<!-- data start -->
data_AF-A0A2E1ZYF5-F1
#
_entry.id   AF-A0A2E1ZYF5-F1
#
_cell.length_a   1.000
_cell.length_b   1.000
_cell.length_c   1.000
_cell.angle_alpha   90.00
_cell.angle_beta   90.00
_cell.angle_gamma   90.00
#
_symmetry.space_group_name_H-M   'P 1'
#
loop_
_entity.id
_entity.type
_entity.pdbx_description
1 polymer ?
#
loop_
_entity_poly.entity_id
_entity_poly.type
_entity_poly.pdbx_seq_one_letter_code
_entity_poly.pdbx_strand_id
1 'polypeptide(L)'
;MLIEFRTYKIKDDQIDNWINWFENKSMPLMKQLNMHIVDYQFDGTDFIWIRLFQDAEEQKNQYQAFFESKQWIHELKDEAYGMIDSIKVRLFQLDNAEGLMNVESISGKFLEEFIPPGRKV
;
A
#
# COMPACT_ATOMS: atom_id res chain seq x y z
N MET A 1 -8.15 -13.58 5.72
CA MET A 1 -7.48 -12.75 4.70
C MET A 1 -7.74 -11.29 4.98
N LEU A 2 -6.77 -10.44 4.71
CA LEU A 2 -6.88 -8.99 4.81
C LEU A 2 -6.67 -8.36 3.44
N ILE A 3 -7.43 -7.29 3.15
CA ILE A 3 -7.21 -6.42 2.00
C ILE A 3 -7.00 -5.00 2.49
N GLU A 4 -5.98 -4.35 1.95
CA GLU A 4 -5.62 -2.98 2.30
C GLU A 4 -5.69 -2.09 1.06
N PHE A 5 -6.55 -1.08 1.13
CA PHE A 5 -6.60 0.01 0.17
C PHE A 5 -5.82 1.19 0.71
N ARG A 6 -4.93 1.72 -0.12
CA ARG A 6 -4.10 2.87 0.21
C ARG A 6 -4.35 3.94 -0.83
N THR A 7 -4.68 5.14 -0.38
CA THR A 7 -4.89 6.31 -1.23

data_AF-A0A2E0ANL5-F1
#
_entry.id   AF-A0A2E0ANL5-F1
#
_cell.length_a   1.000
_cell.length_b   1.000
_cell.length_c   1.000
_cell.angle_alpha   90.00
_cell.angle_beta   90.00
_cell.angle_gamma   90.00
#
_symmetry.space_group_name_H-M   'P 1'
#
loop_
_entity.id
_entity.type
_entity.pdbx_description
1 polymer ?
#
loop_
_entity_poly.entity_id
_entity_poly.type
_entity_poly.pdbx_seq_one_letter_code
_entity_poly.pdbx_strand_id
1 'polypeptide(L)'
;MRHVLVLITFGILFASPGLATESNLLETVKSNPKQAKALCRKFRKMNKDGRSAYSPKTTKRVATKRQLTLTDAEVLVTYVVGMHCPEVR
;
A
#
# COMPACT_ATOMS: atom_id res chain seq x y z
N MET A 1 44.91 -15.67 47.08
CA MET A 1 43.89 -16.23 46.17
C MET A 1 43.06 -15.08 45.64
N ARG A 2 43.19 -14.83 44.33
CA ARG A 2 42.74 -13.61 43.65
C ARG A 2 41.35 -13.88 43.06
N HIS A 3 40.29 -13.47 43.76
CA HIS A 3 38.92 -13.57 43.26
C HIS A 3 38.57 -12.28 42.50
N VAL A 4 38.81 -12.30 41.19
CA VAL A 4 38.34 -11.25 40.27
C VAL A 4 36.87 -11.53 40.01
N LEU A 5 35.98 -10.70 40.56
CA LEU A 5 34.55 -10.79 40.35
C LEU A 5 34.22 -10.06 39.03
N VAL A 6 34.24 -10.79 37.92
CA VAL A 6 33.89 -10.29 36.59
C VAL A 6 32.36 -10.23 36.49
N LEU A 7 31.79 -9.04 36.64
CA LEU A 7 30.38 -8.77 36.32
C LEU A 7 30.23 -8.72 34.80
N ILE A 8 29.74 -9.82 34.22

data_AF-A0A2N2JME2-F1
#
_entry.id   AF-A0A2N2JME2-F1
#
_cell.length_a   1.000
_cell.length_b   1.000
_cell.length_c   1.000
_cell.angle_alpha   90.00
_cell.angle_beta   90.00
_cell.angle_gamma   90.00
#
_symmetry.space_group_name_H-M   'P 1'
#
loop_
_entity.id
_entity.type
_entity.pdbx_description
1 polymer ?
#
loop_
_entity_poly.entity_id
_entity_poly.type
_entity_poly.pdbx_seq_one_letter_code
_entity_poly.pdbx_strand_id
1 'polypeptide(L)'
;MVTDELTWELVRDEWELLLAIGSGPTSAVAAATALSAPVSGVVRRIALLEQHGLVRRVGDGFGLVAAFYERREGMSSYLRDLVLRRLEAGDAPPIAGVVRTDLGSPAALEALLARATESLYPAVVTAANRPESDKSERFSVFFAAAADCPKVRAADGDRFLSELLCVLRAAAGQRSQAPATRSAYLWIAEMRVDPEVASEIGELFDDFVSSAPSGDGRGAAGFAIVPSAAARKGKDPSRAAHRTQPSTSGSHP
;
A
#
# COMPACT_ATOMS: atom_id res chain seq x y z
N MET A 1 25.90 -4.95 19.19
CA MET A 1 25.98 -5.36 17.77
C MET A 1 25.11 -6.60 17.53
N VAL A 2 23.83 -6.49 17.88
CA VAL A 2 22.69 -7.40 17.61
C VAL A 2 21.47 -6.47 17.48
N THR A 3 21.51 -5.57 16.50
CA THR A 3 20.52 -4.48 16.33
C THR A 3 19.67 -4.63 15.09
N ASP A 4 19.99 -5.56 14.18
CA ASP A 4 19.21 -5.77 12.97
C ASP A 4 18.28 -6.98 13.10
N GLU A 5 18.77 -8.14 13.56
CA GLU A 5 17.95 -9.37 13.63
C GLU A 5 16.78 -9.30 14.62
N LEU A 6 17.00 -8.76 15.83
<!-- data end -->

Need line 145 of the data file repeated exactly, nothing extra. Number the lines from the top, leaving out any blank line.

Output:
N GLU A 5 18.77 -8.14 13.56